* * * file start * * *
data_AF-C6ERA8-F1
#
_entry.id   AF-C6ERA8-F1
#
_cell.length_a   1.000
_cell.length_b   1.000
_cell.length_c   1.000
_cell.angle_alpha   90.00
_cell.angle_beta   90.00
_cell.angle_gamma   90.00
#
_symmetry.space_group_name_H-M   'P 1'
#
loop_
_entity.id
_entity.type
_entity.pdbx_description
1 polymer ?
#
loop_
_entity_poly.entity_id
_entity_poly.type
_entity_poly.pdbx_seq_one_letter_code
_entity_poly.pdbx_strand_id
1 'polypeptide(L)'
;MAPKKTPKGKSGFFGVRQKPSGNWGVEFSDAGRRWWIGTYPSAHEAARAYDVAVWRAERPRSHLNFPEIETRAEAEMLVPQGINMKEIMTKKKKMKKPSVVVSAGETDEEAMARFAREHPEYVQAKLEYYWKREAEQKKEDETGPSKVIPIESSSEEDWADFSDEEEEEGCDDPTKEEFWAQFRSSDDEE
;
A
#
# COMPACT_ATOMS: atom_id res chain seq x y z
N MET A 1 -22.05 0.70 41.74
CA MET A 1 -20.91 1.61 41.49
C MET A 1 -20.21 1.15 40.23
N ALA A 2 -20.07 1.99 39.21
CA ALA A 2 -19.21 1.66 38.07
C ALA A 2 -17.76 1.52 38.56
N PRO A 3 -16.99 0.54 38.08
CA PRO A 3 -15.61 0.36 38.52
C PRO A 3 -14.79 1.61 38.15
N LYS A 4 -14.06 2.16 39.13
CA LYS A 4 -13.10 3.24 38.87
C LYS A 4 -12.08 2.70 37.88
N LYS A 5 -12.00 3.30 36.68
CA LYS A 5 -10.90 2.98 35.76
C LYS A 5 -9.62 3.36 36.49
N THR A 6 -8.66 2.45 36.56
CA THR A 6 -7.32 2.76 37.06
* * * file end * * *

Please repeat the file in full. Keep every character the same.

data_AF-C6ERA8-F1
#
_entry.id   AF-C6ERA8-F1
#
_cell.length_a   1.000
_cell.length_b   1.000
_cell.length_c   1.000
_cell.angle_alpha   90.00
_cell.angle_beta   90.00
_cell.angle_gamma   90.00
#
_symmetry.space_group_name_H-M   'P 1'
#
loop_
_entity.id
_entity.type
_entity.pdbx_description
1 polymer ?
#
loop_
_entity_poly.entity_id
_entity_poly.type
_entity_poly.pdbx_seq_one_letter_code
_entity_poly.pdbx_strand_id
1 'polypeptide(L)'
;MAPKKTPKGKSGFFGVRQKPSGNWGVEFSDAGRRWWIGTYPSAHEAARAYDVAVWRAERPRSHLNFPEIETRAEAEMLVPQGINMKEIMTKKKKMKKPSVVVSAGETDEEAMARFAREHPEYVQAKLEYYWKREAEQKKEDETGPSKVIPIESSSEEDWADFSDEEEEEGCDDPTKEEFWAQFRSSDDEE
;
A
#
# COMPACT_ATOMS: atom_id res chain seq x y z
N MET A 1 -22.05 0.70 41.74
CA MET A 1 -20.91 1.61 41.49
C MET A 1 -20.21 1.15 40.23
N ALA A 2 -20.07 1.99 39.21
CA ALA A 2 -19.21 1.66 38.07
C ALA A 2 -17.76 1.52 38.56
N PRO A 3 -16.99 0.54 38.08
CA PRO A 3 -15.61 0.36 38.52
C PRO A 3 -14.79 1.61 38.15
N LYS A 4 -14.06 2.16 39.13
CA LYS A 4 -13.10 3.24 38.87
C LYS A 4 -12.08 2.70 37.88
N LYS A 5 -12.00 3.30 36.68
CA LYS A 5 -10.90 2.98 35.76
C LYS A 5 -9.62 3.36 36.49
N THR A 6 -8.66 2.45 36.56
CA THR A 6 -7.32 2.76 37.06